Whether you like it or not, when Apple started packaging their computers with iMovie in 1999, it opened up the world of video editing to a whole new group of people.
Apple armed these people with the tools to create. They became passionate about it and hungry to learn as iMovie continued to grow.
iMovie ’11 — the latest incarnation — continues to hone the editing experience with the addition of advanced audio editing features that allow you to add, delete, change, remix, shift, and shape songs and music to perfection in your project.
And since music is such a vital part of your video experience, knowing how to use these new tools is essential. That’s why I’ve put together a bunch of YouTube video tutorials to help you learn the best ways to edit audio within iMovie.
Importing Audio, Music, and Sound Effects
You have to start somewhere. Step one in editing audio within iMovie is simple, basic, but necessary: adding audio to your project itself.[youtube video=”59xuWNczZ8M”]
While it may seem clunky to have to go through iTunes, the interface is quite simple to navigate. You can always make multiple iTunes libraries as well if you want to store stock music and sound effects separately from your personal jams.
More Video Tutorials for Importing Audio:
- Learn iMovie 11 – How to Add Music to Your Film by Mahalo
- Learn iMovie 11 – How to Add Sound Effects to Your Film by Mahalo
- iMovie ’11: Adding Music by ipt287instructor
- iMovie Video Tutorials – Import Audio by SciTechFleet
Adjusting the Volume of Clips
Sometimes you aren’t paying attention when you’re shooting a video and the audio comes in a little “hot.” Or maybe you get a project handed off to you where the sound is too loud.
The solution is quick and painless: turn down the volume![youtube video=”2dtIc_7rRPY”]
While turning down the volume of an entire clip is easy, more advanced techniques like “ducking” audio and changing the volume of selected parts of a clip will give you extreme control over your audience’s ears.
More Video Tutorials for Adjusting Clip Volume:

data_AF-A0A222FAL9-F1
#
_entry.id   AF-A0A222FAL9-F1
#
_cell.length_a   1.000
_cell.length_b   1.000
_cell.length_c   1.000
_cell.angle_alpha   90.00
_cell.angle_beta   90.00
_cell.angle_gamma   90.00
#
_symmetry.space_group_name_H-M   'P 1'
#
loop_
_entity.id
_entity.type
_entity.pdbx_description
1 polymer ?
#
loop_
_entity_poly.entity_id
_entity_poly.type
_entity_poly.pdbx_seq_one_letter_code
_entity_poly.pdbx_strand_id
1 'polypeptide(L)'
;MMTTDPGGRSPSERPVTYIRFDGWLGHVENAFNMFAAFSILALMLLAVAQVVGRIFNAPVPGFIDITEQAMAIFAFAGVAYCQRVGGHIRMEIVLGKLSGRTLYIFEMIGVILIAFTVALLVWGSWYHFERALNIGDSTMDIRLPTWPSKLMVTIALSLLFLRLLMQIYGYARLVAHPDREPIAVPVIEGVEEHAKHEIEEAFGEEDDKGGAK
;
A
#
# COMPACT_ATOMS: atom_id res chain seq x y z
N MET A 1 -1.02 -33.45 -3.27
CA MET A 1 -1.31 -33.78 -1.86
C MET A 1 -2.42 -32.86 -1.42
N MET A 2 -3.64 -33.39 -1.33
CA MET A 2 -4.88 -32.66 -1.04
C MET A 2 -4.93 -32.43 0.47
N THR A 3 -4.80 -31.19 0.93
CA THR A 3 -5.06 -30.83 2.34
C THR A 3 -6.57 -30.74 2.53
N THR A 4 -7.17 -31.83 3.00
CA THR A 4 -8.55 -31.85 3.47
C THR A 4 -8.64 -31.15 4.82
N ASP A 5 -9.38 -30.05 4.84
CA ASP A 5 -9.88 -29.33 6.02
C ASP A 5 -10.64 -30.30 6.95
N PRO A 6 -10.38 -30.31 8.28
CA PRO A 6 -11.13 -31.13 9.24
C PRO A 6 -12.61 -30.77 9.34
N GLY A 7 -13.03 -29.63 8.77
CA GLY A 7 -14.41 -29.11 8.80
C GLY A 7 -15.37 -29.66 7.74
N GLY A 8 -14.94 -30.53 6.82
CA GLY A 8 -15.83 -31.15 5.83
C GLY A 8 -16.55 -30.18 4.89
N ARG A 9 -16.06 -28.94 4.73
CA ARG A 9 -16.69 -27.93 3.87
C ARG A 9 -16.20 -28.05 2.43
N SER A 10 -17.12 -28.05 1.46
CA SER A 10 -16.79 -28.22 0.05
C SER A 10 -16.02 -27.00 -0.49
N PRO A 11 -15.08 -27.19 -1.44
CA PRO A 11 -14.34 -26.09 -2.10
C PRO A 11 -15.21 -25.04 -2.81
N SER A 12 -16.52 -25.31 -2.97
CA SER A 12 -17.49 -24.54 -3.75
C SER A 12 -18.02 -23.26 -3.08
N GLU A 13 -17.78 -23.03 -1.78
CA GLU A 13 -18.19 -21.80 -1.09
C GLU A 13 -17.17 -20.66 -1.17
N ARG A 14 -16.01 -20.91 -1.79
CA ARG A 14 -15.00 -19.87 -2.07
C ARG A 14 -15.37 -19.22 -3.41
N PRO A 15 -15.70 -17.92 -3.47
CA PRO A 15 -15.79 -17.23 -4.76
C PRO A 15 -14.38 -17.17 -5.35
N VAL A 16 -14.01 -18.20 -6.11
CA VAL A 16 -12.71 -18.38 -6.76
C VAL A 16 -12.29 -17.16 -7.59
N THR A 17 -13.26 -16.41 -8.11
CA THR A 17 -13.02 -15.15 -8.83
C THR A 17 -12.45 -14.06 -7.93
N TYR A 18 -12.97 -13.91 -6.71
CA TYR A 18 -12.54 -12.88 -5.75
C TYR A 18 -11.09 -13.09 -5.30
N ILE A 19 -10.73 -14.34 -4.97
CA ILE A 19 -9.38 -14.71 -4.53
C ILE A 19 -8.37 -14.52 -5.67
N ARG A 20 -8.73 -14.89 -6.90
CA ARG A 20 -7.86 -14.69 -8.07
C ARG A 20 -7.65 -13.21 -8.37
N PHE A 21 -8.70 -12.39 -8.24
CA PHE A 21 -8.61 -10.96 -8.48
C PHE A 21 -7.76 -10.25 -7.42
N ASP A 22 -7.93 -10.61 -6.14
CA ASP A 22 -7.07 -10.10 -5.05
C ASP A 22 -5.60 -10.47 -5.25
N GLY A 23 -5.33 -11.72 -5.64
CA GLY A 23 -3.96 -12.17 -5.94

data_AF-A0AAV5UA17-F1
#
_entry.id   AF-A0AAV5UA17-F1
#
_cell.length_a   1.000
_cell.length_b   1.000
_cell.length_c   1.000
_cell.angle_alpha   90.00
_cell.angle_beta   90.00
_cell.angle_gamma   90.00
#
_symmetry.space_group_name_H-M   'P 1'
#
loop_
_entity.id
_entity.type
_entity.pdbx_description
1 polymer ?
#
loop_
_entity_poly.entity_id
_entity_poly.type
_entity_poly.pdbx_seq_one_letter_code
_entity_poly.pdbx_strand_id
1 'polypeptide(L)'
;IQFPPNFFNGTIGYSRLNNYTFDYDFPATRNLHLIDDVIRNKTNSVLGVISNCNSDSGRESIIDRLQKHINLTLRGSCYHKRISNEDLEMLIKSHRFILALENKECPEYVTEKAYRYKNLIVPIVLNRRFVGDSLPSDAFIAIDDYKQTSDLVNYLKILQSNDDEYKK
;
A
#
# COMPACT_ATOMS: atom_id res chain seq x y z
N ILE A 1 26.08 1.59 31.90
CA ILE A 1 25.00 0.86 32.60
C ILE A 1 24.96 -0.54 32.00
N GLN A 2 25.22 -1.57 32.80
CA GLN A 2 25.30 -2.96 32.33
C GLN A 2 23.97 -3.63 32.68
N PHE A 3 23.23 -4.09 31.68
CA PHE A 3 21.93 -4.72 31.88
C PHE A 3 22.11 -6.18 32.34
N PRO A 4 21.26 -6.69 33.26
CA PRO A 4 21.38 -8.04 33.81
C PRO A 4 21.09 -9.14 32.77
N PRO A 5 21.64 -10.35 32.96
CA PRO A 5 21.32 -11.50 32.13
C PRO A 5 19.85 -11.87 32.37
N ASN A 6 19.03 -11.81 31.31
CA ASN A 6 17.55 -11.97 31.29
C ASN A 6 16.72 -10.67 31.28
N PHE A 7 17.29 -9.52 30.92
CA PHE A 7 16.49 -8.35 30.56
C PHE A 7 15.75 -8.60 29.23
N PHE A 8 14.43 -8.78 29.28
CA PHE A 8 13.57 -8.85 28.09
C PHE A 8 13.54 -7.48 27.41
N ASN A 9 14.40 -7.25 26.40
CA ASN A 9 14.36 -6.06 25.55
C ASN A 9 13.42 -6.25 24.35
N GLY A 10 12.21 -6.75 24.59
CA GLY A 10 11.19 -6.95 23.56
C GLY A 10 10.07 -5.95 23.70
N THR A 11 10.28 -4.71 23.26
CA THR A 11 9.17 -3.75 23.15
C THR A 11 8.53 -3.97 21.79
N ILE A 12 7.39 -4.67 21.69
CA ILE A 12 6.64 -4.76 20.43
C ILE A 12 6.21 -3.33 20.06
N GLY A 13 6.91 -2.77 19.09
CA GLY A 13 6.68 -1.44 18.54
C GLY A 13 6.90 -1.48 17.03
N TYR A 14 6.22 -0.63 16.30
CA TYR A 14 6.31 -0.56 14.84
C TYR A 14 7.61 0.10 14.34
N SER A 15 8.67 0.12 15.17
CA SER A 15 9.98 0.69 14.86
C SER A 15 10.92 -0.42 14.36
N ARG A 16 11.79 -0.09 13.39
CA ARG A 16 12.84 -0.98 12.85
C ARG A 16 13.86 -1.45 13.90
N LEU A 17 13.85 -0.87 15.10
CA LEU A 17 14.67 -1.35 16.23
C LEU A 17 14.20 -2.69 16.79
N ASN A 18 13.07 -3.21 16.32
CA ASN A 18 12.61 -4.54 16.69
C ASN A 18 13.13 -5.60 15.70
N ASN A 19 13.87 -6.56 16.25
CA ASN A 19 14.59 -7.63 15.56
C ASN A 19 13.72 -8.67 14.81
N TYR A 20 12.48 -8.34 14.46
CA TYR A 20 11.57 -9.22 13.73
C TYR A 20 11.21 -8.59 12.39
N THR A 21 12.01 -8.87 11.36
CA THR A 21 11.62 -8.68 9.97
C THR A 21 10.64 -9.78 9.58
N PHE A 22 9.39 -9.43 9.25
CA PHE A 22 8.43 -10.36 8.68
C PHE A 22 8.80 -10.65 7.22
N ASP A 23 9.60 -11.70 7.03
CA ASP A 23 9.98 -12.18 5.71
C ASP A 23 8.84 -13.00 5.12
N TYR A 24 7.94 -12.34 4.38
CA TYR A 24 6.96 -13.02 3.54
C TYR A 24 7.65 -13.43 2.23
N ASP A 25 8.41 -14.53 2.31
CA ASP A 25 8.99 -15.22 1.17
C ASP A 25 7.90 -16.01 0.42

- iMovie 11: Adjusting Audio Levels by catsEIU
- iMovie 11: Ducking Audio by catsEIU
- Audio Adjustments in iMovie by neilgreene
Working with Audio in the Clip Trimmer
In iMovie, there is a window you can bring up called the “clip trimmer,” which gives you greater access to the audio you’re trying to manipulate. Using this feature, you can have even finer control over the parameters of a clip.[youtube video=”4qfC2gwLsGI”]
Watch some of the video tutorials below for explanations of how to do the “mark the beat technique” I talked about using with Final Cut Pro.
More Video Tutorials for Clip Trimming Audio:
- Using Beat Markers in iMovie 11 by Macmostvideo
- How to Use iMovie 11′: Snap to Beats by puffpowderchowder
Audio Enhancement and Adding Filters
Pssst… want to know a pro secret? OK… Audio rarely comes out of a video sounding exactly like it did going in.
Why? Because pros and advanced editors use audio filters and enhancement techniques like the ones in the tutorials below.[youtube video=”5s6sgyDfjnk”]
When you take advantage of filters, you can do truly astounding things like remove the excess background noise from a shot, make a baby sound like an adult, or give that extra “oomph” to a sound effect.
More Video Tutorials for Audio Enhancement:
Recording and Adding Voiceovers to Your Project
Narration is a great way to add personality and purpose to your video. It allows you to guide the audiences’ thoughts and even their emotions.[youtube video=”0OSLerLX7Gg”]
I love that iMovie has the ability to record voice overs directly in the program so you can make sure it syncs up — a very underutilized feature.
More Video Tutorials for Adding Voiceovers:
- How to Autotune Your Voice in iMovie by WindowsAndMacintosh
- iMovie 11 – How to Add Voice Over/Commentary to Your Video! by TutorialAustralia
- iMovie 11 Tutorial – Voiceovers by iMovie FAQ
All-Around Audio Editing
For those of you who only have time to watch a few videos on this list, watch these. They’ll give you a crash course in basic iMovie audio editing.[youtube video=”tu87xx9xKuQ”]
I also recommend you watch these if you’re experienced with editing, but need a simple introduction to iMovie 11 to get going.
More Video Tutorials for General Audio Editing in iMovie:
- iMovie 11 – Audio Editing by T4ShowVideos
- iMovie 11 Tutorial – Working with Audio – The Basics by iMovie FAQ
- How To: iMovie – Editing Audio by CharlesHeureux
Amateur Audio Equals an Amateur Video
One of the first things you realize when you get into video editing is that a poor sound mix will cripple your video. No matter how good the lighting, the camerawork, or the story, your audience will be unable to connect with your video if the audio is poor.
The easiest way to remedy that is to record the best possible audio and use high-quality files for music (like the WAV files we offer on Free Stock Music).
But having a few audio editing tricks in your back pocket to whip out after-the-fact never hurts. By pushing your skills and learning how to tinker with the intricacies of your sound in iMovie, you can really kick your video up a notch to the next level.[user] Do you have any iMovie audio tips to share? Please let me know in the comments!
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